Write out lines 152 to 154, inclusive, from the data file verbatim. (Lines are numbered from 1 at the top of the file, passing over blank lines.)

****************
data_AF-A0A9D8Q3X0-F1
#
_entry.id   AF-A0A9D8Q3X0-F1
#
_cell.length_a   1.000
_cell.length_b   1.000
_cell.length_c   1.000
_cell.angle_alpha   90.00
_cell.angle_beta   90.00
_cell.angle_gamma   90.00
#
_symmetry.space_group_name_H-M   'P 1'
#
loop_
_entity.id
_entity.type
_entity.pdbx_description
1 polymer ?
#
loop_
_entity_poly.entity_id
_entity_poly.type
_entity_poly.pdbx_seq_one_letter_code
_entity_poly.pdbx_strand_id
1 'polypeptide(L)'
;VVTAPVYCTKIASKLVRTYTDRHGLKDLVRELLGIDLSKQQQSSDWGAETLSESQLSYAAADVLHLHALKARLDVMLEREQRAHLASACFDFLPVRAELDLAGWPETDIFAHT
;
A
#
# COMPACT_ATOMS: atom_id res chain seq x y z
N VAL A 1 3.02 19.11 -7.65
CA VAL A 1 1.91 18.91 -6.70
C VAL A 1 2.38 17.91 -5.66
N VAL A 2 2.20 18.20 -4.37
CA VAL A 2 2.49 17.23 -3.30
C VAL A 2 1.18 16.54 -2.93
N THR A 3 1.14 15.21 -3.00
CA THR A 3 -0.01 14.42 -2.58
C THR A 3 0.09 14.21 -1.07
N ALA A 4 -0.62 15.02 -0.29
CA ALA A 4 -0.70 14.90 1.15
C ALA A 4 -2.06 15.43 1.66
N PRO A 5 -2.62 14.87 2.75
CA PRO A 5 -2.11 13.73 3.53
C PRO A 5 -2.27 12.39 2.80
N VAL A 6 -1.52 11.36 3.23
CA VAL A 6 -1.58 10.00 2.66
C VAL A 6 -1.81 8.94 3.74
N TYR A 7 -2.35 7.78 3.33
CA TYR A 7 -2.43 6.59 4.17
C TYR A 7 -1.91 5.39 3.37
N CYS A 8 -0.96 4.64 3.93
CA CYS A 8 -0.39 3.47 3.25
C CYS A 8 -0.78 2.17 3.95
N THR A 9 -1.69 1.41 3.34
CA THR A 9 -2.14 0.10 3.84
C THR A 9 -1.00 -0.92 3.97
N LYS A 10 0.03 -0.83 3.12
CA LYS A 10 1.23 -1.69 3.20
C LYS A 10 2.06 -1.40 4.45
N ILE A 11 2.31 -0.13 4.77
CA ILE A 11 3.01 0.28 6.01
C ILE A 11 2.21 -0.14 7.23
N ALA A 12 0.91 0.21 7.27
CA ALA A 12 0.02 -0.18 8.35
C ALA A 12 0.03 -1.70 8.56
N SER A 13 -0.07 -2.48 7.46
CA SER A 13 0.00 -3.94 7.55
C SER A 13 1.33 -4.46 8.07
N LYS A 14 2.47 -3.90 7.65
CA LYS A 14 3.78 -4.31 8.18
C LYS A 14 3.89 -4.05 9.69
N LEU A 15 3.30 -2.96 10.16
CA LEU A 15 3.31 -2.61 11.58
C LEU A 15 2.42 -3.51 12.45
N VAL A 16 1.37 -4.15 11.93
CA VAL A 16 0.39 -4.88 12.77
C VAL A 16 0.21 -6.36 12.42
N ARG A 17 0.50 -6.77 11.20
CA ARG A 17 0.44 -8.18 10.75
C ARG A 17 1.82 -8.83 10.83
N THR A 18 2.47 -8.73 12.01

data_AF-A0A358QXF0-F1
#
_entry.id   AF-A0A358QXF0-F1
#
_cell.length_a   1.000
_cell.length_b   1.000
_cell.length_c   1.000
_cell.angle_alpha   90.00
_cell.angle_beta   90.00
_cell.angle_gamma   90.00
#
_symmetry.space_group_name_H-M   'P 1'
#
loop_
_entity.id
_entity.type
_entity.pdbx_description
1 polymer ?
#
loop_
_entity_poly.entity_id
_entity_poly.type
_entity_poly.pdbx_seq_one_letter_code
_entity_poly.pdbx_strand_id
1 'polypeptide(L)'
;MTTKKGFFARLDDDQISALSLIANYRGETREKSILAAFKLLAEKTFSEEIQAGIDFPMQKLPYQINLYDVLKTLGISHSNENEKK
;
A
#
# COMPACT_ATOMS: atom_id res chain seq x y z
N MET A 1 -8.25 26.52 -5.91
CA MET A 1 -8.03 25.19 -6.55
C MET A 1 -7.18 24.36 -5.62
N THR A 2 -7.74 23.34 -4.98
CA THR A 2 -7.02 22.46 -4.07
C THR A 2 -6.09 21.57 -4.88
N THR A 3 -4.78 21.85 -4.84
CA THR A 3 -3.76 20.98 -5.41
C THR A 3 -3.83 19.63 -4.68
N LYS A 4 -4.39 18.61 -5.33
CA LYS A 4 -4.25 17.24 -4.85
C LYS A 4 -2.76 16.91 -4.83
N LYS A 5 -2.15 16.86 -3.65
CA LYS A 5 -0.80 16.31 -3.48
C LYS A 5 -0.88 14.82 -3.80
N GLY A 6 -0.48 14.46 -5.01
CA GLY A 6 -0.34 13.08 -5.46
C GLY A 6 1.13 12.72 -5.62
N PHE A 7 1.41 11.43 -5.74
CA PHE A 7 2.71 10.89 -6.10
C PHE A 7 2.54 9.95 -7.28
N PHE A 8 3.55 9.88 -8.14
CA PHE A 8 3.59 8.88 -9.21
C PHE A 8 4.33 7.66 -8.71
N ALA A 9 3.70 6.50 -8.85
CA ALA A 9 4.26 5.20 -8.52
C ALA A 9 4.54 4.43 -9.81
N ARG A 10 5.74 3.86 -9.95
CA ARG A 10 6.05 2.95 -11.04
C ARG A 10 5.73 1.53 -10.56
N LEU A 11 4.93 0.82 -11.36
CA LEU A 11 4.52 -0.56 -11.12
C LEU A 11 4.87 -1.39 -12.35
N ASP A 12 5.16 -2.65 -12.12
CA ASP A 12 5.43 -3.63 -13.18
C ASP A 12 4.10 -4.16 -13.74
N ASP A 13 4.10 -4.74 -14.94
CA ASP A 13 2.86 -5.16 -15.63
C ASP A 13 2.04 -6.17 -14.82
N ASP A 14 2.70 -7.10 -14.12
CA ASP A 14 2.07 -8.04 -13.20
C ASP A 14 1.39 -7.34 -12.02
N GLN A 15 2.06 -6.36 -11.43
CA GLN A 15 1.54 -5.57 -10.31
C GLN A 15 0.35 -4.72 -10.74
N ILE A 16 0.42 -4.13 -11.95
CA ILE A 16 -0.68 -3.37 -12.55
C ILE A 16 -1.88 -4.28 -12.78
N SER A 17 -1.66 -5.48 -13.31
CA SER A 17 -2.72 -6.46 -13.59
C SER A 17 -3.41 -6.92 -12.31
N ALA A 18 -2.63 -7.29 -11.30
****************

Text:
N ASP A 14 2.70 -7.10 -14.12
CA ASP A 14 2.07 -8.04 -13.20
C ASP A 14 1.39 -7.34 -12.02